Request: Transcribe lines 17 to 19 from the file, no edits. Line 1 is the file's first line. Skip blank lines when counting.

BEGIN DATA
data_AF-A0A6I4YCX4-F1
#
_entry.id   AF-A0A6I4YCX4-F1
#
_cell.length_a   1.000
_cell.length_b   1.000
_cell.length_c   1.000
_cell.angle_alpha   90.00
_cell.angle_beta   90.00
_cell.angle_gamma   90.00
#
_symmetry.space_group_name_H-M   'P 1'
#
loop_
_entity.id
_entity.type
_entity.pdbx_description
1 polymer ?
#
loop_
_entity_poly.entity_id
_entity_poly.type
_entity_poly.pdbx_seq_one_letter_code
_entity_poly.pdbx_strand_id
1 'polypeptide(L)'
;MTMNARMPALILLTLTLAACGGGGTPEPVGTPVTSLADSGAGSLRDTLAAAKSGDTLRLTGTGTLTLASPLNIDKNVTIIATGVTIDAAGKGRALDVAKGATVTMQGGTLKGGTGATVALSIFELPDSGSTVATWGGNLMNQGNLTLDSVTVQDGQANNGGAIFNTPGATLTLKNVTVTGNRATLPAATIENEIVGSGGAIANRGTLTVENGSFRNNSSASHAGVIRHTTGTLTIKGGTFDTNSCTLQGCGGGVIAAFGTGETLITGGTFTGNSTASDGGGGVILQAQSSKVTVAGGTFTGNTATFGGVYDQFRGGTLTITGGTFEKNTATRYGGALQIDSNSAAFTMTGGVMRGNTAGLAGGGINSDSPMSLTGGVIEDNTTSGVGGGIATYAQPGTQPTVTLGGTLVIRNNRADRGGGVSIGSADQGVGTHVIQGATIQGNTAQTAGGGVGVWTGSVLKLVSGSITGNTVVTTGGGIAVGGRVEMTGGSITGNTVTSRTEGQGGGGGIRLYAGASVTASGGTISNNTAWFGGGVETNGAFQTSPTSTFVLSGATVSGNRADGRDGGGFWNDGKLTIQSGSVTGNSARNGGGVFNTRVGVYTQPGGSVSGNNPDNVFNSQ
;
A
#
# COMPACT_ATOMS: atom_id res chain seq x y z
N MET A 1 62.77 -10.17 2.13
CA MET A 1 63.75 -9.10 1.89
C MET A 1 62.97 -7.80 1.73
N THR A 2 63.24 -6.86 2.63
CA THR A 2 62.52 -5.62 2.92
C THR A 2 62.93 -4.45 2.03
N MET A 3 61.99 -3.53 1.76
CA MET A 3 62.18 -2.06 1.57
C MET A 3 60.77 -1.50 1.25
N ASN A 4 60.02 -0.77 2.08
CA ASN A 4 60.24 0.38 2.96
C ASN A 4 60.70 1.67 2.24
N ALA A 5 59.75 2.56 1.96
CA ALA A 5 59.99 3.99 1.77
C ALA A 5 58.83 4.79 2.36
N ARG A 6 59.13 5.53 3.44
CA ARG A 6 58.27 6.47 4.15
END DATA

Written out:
_entity.pdbx_description
1 polymer ?
#